5 Credit Card Rewards Pitfalls to Avoid This Holiday Season

All credit card points and the possible ways to redeem them aren't created equal. Here's what to avoid to get the best value.
Craig Joseph
By Craig Joseph 
Edited by Erin Hurd

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Grab your wallet because the busiest time of the year for spending is upon us. Despite persistent inflation and dwindling household savings, shoppers are planning to drop up to an estimated $967 billion during this holiday season, a November 2023 study by the National Retail Federation shows.

The Consumer Financial Protection Bureau, in a 2023 report, estimates that 74% of adults in the U.S. had a credit card account in their name as of the end of 2021. And a 2023 NerdWallet survey found that nearly 3 in 4 Americans (74%) are planning to use their card to pay for holiday expenses.

If you’re sitting on a stash of points or miles, you may be tempted to use them to offset holiday purchases. And when you're trying to stick to a holiday budget, this can seem like a great idea. It may not provide an optimal value, but many people aren’t trying to wring the most out of every point. And that’s OK. If you’re responsible with your credit and using your rewards card wisely, you’re already ahead.

But if you want to get the best value from your credit card reward points, here are five pitfalls to avoid this holiday shopping season.

1. Using 'pay with points' at checkout

Since the pandemic, a growing number of credit card rewards programs have implemented a “pay with points” option at popular merchants like Amazon and Best Buy. This allows cardholders to easily use their points to directly offset the cost of their purchase at checkout. The problem? Many shoppers don't realize that point values are often diminished when they are redeemed this way.

For example, the industry-standard value is a penny per point. But paying with points at checkout often gives 20% to 30% less value. By comparison, points earned from some credit cards can be worth up to 1.5 cents each toward travel, with the potential for even value when transferred to an airline or hotel travel partner.

You also won’t earn rewards on purchases when you pay with points. Even if you want to redeem rewards for cash back, you’d be better off charging the purchase on your card to earn rewards and redeem rewards for cash or statement credit to cover the purchase later.

2. Redeeming points for merchandise

Many credit card issuers offer the ability to redeem your miles and points for goods through a catalog or digital shopping mall. But think twice before you pay for those new AirPods for Dad with your rewards.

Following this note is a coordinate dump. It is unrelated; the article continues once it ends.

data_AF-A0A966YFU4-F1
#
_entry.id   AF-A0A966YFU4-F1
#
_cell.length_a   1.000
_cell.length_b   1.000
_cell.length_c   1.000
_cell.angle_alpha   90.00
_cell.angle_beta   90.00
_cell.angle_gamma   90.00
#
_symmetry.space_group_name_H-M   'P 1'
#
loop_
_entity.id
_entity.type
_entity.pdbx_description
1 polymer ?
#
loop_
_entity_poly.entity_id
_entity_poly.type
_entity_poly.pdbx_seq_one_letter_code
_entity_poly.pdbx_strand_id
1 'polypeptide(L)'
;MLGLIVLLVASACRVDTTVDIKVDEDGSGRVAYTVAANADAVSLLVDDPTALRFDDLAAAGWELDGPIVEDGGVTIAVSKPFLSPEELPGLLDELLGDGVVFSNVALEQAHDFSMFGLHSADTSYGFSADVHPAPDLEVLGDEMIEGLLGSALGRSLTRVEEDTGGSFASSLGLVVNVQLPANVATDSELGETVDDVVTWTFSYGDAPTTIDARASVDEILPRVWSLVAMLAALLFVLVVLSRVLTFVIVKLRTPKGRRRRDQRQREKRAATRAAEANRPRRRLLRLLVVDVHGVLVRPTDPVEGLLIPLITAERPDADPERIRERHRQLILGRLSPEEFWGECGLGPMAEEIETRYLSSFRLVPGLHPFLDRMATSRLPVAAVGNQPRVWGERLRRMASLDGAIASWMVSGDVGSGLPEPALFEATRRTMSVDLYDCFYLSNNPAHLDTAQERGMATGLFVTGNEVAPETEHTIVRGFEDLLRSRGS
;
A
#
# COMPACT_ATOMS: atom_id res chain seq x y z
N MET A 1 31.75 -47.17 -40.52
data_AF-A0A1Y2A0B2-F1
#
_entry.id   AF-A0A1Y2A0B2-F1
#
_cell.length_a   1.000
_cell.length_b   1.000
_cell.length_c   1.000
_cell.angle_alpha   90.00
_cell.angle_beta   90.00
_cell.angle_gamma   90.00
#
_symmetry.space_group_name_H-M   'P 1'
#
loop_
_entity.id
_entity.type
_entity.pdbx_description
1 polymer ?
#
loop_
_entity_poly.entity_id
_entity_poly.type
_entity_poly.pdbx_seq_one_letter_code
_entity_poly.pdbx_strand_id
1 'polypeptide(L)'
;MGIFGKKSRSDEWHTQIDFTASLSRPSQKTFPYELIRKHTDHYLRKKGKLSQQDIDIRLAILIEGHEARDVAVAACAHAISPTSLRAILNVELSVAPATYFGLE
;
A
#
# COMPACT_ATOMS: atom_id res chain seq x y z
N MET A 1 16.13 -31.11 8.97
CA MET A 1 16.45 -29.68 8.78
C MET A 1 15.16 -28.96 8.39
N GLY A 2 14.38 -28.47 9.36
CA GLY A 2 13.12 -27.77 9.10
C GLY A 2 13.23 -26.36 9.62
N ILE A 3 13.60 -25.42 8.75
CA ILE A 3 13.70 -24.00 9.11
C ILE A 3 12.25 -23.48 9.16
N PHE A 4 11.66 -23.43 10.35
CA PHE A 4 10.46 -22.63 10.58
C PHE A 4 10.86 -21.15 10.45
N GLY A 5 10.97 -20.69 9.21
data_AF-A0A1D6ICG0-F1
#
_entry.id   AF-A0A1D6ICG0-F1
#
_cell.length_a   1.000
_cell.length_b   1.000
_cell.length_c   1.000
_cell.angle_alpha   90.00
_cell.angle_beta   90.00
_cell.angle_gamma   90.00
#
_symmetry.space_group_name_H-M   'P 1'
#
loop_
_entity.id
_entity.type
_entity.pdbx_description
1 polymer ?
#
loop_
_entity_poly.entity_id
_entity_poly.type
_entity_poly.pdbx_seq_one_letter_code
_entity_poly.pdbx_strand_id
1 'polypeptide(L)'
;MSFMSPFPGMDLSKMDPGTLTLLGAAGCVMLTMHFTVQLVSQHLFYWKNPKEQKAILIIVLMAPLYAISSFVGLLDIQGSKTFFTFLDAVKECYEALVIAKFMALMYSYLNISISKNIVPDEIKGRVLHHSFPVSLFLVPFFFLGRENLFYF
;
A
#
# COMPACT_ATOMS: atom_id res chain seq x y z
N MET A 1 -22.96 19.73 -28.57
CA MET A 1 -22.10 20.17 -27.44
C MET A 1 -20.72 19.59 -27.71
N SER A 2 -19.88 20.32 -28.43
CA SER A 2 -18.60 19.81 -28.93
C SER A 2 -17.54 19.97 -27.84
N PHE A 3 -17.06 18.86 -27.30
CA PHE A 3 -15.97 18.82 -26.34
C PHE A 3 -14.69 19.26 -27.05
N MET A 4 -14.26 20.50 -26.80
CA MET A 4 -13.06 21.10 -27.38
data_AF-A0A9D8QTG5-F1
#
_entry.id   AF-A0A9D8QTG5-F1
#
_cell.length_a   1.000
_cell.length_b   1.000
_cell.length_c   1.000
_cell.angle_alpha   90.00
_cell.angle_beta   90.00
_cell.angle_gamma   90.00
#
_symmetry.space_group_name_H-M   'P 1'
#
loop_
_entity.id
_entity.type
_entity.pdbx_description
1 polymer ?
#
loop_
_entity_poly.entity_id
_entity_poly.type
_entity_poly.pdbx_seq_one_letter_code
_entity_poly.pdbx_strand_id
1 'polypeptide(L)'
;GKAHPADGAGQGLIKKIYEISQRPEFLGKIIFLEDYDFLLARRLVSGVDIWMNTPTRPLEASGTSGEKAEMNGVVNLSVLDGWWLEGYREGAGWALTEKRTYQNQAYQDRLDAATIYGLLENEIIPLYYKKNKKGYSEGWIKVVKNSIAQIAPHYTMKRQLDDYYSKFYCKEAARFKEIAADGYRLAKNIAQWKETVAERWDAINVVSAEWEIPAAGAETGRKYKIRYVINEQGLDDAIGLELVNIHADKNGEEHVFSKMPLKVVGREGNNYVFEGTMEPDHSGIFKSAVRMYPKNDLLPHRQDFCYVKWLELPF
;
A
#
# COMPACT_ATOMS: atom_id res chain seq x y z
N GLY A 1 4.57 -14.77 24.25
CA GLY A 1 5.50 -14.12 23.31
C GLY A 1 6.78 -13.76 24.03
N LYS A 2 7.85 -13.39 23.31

Redeeming points for merchandise through your credit card's digital shopping mall will rarely provide good value. These malls often have higher prices than if you were to buy the same product elsewhere. That means that even if it seems like you're getting a typical 1 cent per point value, they'll actually be worth less since the items may be overpriced.

3. Opening a store credit card

When shopping, you might be offered an opportunity to open a new credit card at checkout to score an immediate discount. While this might seem like a good deal, retail store cards are often a less valuable choice in the long run. The rewards earned are usually limited to more goods from that retailer and often expire quickly. Plus, credit limits are typically lower than a general rewards card, and interest rates are higher.

Wells Fargo Active Cash Card
NerdWallet rating 

If you're in the market for a new rewards card this holiday season, you'll likely do better applying for a general cash back or travel rewards card to earn rewards that have more flexibility. These cards also tend to offer more valuable sign-up bonuses than retail cards. The Wells Fargo Active Cash® Card, for example, has this offer: Earn a $200 cash rewards bonus after spending $500 in purchases in the first 3 months.

4. Thinking all travel redemptions are created equal

If you have a travel rewards card, you naturally want to use your points toward travel. But be aware that travel booking portals through your credit card can have very different point values depending on your card, its issuer and the type of booking.

For example, booking flights, hotels and rental cars with Chase rewards offers a steady value between 1 and 1.5 cents per point, depending on which card you have. American Express, on the other hand, offers a value of 1 cent per point toward airfare and specific luxury hotels. But the value drops to 0.7 cent per point when redeemed for other hotels and rental cars.

Transferring your rewards to a travel partner’s loyalty program often gives better value, but not always. Some card issuers also charge a fee to transfer points to partner programs.

5. Donating your points and miles

Most airline, hotel and travel credit card rewards programs give you the option to donate your miles and points to select charities. This can sound like an appealing win-win for both you and the charity. You donate your unused rewards and the charity receives a cash contribution.

However, many loyalty programs don't divulge the cash value a charity will receive for your donation. Another catch is that you won’t get a tax deduction because the IRS generally doesn’t view rewards as income.

If you're conscious of cash flow but still want to make a charitable gift, consider donating cash rewards from your cash back credit card instead. If you redeem the cash rewards, then make a cash donation, you’ll get good value for the rewards and also qualify for a tax deduction.

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